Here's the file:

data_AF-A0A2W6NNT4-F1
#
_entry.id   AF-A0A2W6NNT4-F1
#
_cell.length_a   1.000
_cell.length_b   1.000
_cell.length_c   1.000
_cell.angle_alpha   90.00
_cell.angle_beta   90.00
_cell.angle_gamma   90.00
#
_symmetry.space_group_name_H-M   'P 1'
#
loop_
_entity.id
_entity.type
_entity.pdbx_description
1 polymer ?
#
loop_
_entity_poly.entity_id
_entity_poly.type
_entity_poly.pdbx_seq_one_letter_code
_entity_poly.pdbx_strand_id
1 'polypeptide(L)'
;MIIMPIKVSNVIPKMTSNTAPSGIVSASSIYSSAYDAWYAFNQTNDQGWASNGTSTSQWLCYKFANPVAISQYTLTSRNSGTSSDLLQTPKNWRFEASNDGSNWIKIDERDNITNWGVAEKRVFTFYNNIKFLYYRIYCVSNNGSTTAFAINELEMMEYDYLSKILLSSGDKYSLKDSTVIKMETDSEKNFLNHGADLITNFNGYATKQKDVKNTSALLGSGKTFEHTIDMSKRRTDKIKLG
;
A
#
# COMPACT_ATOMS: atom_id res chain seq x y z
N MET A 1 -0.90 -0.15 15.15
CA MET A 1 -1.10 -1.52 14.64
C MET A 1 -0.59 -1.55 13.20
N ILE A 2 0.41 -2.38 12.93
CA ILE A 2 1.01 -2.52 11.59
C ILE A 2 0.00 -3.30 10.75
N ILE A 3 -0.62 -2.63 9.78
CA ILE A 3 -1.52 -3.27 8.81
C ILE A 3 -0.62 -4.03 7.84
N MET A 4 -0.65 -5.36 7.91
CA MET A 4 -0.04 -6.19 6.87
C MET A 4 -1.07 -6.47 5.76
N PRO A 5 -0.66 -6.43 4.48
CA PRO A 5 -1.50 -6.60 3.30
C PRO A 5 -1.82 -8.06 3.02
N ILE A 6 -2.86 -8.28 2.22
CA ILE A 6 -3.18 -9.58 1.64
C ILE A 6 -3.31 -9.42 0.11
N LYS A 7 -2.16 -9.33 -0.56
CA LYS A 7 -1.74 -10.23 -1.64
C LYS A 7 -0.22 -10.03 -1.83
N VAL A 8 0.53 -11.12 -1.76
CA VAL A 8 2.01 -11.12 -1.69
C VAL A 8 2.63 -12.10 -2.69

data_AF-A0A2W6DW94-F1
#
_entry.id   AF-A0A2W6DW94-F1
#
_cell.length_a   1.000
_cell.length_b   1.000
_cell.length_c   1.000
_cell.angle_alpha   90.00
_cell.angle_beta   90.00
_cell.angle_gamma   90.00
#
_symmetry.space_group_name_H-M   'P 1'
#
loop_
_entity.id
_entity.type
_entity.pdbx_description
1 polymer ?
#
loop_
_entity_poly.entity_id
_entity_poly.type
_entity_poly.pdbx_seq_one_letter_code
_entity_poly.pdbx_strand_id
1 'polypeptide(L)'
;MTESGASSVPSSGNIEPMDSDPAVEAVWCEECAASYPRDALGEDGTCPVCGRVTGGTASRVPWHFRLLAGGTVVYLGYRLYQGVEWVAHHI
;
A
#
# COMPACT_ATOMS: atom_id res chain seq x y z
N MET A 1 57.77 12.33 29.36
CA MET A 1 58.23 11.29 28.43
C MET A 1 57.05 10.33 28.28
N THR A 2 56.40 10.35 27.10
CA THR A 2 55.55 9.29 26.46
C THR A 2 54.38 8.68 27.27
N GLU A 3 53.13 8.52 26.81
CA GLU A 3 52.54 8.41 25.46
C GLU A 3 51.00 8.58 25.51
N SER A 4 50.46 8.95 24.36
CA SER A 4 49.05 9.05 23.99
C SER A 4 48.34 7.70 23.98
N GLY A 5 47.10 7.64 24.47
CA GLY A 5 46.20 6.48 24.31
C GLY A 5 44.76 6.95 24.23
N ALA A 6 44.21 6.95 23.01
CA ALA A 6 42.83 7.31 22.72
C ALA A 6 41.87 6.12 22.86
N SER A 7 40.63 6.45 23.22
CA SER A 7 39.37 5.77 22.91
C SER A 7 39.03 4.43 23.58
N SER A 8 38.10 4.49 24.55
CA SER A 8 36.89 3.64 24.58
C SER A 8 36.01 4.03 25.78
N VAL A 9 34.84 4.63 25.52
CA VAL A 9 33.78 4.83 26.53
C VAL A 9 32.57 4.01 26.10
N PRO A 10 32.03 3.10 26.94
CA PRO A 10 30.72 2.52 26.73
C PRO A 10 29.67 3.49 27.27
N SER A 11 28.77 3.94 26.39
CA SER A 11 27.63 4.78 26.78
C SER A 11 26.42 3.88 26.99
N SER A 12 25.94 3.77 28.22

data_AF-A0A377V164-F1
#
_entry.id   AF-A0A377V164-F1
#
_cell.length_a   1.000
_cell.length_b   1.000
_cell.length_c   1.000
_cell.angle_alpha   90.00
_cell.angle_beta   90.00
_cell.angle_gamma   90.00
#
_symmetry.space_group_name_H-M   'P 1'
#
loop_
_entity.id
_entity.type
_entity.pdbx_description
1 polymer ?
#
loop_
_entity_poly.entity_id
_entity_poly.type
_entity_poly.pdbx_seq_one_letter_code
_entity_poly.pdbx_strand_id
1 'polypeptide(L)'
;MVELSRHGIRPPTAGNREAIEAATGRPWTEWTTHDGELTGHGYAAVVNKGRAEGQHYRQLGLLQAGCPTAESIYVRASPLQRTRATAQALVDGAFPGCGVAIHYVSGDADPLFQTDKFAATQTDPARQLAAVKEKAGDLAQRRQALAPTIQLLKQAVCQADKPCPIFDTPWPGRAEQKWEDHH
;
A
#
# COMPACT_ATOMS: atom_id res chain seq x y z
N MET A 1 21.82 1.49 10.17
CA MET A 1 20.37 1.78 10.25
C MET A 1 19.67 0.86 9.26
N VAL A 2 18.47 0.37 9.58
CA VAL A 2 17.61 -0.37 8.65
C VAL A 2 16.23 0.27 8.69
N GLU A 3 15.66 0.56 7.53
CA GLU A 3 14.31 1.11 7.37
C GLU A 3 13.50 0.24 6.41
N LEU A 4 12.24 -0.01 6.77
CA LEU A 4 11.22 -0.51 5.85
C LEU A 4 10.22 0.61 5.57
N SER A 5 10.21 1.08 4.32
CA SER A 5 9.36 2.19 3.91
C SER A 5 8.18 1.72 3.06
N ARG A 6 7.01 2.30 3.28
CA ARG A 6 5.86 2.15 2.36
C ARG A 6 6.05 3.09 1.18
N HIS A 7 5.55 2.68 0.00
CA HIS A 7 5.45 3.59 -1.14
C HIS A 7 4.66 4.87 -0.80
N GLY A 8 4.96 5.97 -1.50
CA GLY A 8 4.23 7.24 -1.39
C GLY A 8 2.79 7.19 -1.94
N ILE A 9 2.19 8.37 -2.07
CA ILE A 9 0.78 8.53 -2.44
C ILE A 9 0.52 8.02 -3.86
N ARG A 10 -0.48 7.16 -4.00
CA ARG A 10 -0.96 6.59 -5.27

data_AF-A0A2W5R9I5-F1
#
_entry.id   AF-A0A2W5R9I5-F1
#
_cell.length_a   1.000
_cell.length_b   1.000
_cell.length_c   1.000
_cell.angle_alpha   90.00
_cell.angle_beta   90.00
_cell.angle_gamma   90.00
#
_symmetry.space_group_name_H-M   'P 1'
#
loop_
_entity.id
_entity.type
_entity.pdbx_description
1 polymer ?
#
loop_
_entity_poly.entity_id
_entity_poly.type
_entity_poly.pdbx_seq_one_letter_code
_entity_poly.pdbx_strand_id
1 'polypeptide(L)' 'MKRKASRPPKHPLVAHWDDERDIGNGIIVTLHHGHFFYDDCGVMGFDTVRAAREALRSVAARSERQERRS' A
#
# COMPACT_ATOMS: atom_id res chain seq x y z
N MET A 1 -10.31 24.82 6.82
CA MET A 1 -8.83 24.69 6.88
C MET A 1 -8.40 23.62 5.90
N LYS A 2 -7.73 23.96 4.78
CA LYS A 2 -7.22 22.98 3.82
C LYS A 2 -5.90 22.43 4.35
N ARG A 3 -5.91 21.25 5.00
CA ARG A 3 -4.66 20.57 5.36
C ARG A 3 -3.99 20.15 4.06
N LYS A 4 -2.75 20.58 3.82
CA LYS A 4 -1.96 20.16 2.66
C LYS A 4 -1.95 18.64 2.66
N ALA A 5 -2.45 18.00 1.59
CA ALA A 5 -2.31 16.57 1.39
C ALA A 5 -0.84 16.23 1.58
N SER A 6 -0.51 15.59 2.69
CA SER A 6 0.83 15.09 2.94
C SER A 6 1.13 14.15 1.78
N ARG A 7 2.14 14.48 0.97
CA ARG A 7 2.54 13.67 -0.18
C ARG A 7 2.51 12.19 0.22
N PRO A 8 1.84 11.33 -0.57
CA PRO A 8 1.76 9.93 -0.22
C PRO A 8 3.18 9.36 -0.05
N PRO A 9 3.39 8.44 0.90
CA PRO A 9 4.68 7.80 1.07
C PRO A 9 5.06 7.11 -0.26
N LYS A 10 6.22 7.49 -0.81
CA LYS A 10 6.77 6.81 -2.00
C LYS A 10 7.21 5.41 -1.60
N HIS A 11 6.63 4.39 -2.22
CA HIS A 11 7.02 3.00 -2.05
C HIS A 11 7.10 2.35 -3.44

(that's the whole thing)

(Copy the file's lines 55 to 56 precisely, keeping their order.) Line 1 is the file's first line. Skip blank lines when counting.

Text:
data_AF-A0A2W6DW94-F1
#